I love to program and have switched programming languages many times over the years. I mainly program in scripting languages these days as most of the programs that I want to do start out simply processing some data and then grow. I am always in amazement how long my programs are still running.
Anyway. I have done a lot of Perl programming, but for the past few years, I switched to Python. I find Python a much cleaner language with a better integrated object oriented space over Perl.
And, until recently, I was very happy with Python. I was recently running a multi-threaded program and wondering why it would not take advantage of all my cores on my i7 Macbook Pro. After doing some research, I found out that the issue was with Python’s Global Interpreter Lock (GIL). There are a lot of discussions on the GIL, but the bottom line is that Python is not able to take advantage of all your cores if you are doing a multi-threaded program.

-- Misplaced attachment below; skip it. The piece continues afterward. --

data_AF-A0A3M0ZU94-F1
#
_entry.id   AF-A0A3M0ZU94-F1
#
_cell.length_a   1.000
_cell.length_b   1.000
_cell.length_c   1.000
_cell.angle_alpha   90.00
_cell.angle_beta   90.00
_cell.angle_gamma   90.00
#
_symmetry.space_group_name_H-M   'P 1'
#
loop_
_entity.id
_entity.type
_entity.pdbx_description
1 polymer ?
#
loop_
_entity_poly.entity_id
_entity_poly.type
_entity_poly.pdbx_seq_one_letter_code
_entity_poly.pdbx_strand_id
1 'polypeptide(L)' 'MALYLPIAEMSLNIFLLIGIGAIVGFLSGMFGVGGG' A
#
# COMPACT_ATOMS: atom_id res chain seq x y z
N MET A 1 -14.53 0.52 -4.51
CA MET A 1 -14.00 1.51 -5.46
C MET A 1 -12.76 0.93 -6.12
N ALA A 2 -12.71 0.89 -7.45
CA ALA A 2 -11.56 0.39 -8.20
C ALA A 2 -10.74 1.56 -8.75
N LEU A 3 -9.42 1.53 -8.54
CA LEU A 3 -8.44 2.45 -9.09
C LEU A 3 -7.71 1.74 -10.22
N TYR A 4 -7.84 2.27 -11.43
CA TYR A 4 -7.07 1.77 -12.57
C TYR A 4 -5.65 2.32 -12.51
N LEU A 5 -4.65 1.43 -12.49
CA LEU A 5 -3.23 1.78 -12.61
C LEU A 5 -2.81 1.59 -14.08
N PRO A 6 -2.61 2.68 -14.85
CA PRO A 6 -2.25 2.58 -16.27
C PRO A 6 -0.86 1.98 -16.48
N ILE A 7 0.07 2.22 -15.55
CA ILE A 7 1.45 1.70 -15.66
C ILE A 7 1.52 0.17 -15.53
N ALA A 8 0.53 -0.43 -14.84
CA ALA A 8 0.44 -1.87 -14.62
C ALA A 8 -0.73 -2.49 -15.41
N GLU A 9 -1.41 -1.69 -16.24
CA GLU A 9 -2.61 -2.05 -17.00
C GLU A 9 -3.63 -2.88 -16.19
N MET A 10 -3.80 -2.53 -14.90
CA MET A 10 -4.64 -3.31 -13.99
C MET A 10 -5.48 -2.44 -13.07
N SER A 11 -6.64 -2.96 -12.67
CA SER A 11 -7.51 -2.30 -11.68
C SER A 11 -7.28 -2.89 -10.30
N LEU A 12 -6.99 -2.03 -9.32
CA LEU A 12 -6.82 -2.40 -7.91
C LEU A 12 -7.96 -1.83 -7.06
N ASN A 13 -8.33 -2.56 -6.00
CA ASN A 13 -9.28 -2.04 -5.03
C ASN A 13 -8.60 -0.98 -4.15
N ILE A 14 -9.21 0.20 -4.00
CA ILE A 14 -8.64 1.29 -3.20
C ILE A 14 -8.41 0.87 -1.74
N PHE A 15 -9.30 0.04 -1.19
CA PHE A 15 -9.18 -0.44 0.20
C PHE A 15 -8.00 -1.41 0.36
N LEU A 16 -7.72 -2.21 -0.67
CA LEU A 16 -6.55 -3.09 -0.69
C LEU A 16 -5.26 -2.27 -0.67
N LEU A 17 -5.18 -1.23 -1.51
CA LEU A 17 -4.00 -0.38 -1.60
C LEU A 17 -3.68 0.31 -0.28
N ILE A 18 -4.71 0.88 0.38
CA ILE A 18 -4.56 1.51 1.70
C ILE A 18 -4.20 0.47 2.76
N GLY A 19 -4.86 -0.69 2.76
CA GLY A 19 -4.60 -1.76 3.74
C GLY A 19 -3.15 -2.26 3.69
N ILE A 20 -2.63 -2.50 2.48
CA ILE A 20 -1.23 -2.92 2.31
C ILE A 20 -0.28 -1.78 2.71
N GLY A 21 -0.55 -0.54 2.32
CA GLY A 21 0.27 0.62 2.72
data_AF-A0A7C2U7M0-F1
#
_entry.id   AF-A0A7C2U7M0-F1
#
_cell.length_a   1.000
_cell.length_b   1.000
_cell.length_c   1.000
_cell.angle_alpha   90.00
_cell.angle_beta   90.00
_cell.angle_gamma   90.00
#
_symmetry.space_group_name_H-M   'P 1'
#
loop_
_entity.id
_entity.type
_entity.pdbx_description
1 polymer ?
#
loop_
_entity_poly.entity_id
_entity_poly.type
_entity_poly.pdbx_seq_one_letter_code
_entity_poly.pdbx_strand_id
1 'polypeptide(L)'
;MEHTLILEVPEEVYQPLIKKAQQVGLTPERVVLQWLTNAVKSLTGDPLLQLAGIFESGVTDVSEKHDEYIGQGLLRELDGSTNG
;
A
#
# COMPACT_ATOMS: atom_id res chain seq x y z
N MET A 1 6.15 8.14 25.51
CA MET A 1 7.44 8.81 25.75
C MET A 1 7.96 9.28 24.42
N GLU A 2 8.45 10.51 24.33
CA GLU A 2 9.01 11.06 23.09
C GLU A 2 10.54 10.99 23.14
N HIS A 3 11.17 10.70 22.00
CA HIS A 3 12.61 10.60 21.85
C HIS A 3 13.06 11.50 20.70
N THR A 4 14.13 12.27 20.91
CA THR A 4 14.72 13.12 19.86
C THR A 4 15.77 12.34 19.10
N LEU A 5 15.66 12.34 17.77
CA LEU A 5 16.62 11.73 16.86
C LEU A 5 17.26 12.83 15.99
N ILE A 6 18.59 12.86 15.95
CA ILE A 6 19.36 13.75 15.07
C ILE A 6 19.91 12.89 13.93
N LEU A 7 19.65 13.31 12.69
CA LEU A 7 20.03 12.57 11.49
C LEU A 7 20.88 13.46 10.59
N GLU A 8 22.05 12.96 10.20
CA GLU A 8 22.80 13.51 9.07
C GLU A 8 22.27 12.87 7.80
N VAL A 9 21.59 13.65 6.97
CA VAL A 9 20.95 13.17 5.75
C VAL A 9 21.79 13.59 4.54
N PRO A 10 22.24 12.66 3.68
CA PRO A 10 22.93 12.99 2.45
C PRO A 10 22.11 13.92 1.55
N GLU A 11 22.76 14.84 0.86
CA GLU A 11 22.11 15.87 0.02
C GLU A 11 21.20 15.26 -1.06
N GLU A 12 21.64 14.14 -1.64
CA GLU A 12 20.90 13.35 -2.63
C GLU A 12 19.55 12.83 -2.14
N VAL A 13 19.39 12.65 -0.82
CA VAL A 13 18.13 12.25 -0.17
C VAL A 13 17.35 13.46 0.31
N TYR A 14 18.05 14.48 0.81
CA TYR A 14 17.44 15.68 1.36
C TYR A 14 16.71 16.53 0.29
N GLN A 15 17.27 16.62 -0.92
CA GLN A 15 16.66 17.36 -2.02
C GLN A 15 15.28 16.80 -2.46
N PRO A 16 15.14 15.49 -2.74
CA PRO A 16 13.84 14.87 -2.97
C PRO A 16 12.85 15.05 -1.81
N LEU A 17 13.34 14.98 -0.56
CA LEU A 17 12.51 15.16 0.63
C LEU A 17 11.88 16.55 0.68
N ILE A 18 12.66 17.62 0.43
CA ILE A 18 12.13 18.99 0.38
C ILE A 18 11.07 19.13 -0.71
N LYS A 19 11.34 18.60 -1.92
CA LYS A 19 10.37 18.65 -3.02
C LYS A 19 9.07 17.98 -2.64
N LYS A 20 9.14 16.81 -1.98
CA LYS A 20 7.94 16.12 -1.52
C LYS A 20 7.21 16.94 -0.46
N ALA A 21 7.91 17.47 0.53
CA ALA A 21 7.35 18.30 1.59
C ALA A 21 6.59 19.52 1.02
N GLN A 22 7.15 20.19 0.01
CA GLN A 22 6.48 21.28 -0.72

So, what did I do? I wrote two similar programs; one in Python and one in Perl. These programs just spawned multiple threads and did some multiplication in a very large loop and it was very interesting what I found out. With one thread, Perl was about 8 seconds and Python was about 9 seconds. With two threads, Perl was still about 8 seconds and Python was about 30 seconds. For seven threads (one less than the number of cores on my system), Perl was about 11 seconds. It took about 20 threads in Perl to get to 30 seconds.
I am not sure what I will be writing my next program in, but it will clearly depend upon what I need the program to do.